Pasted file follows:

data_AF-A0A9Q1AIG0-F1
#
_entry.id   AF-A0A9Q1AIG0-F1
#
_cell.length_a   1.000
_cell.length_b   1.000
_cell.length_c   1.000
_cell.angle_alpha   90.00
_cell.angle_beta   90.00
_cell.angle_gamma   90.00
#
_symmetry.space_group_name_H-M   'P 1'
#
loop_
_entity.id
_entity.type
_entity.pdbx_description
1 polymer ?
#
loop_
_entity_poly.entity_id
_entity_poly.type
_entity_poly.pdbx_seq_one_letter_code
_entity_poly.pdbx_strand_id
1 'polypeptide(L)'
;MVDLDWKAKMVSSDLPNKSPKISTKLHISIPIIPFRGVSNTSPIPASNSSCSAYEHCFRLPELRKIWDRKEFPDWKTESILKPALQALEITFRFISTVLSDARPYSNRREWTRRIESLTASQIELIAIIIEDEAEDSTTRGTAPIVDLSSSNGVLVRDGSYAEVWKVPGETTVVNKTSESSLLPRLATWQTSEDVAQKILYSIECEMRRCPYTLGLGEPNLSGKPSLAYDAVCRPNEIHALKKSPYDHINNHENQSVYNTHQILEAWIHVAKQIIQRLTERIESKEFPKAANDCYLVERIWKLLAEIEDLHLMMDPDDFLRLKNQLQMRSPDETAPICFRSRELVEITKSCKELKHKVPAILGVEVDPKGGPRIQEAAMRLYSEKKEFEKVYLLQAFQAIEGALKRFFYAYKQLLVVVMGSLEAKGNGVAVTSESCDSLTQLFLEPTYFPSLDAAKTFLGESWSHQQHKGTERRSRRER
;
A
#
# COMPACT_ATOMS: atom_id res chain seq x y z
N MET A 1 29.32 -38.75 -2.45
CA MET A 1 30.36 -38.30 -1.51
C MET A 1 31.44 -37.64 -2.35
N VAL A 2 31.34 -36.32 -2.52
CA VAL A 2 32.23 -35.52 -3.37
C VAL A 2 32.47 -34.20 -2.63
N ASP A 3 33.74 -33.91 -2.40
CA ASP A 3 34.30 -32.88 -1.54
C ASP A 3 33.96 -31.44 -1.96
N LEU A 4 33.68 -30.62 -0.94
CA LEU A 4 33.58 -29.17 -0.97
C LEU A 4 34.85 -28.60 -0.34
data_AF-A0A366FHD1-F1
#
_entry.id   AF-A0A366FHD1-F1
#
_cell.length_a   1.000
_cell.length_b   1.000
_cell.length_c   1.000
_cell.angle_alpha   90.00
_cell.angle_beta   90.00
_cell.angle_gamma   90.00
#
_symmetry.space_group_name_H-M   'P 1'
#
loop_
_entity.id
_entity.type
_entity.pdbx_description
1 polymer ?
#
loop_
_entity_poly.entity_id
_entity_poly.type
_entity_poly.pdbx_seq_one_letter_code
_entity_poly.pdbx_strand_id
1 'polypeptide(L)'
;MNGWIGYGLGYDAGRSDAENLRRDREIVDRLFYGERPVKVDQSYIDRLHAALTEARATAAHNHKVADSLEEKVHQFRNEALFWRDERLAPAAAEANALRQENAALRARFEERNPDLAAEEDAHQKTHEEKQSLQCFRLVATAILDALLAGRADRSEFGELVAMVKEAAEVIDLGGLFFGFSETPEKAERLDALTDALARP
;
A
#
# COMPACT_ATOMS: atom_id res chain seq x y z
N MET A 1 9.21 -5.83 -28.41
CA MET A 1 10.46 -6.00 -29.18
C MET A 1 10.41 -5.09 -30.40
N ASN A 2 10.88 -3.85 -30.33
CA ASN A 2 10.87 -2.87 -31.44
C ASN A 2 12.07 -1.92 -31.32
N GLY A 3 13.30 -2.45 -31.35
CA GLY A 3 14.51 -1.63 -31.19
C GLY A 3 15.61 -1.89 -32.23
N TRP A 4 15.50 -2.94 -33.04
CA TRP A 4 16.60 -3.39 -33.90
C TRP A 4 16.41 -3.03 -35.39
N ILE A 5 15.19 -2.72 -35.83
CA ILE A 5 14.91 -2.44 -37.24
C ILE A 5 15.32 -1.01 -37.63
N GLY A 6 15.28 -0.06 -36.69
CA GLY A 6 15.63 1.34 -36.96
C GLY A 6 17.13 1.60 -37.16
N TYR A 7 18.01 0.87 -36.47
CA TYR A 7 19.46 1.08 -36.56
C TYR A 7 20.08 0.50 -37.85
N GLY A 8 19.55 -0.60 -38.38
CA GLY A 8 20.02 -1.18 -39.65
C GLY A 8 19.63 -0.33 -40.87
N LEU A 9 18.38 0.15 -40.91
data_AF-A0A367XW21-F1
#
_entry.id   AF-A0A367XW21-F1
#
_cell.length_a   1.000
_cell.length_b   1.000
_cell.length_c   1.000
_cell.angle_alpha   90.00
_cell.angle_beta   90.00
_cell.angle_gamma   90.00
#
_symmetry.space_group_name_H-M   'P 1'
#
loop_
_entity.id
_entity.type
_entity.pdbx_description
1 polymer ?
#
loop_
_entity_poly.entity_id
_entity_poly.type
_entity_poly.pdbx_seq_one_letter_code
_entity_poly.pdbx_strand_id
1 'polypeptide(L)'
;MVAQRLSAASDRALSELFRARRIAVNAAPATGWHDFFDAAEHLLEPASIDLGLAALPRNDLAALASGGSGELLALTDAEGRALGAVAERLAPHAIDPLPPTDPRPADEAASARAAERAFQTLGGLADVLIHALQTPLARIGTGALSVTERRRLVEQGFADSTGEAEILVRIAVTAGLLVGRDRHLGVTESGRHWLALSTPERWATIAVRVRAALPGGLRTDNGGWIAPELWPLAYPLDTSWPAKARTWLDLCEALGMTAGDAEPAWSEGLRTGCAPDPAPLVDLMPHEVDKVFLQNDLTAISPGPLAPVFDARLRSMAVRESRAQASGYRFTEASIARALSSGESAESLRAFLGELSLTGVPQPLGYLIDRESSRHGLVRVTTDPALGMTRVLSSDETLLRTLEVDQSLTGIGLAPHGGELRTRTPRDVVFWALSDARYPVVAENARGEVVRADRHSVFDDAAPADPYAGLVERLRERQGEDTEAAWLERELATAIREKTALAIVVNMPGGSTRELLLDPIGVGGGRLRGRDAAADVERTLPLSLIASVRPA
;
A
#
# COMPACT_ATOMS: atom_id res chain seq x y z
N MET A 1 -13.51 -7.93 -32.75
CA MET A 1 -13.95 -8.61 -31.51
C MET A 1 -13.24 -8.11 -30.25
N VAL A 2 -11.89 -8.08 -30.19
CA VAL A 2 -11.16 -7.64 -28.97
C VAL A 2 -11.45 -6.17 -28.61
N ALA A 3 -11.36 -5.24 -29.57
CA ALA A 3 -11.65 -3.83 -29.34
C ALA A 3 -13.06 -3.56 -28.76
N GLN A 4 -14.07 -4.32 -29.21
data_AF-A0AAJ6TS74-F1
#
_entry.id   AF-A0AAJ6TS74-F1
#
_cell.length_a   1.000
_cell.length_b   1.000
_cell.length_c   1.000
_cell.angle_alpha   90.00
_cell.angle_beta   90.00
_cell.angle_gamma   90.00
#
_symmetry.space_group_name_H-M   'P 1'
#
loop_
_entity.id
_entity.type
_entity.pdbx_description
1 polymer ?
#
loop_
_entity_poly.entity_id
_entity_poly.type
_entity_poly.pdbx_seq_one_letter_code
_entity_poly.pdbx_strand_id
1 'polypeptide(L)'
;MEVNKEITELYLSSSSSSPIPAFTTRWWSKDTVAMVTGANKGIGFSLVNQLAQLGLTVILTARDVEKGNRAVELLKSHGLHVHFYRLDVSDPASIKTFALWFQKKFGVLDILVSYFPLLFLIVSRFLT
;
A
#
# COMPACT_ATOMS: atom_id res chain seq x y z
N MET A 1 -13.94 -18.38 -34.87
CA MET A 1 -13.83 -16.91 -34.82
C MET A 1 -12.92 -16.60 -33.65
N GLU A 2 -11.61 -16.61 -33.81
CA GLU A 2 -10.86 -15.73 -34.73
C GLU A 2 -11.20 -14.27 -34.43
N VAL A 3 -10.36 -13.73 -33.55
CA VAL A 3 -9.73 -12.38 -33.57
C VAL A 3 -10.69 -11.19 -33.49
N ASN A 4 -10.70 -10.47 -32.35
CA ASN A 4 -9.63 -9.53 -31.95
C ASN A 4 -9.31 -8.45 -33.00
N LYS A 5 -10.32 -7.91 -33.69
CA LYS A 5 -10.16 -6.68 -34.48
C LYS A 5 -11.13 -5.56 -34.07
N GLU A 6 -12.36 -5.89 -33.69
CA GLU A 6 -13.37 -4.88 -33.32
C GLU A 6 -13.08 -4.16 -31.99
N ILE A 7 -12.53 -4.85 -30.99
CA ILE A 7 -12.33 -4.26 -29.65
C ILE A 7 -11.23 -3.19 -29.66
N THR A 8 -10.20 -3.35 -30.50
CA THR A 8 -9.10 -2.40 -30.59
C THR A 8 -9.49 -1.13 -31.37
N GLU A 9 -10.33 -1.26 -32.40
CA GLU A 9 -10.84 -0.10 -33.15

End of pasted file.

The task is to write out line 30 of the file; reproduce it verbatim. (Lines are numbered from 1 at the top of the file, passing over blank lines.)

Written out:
# COMPACT_ATOMS: atom_id res chain seq x y z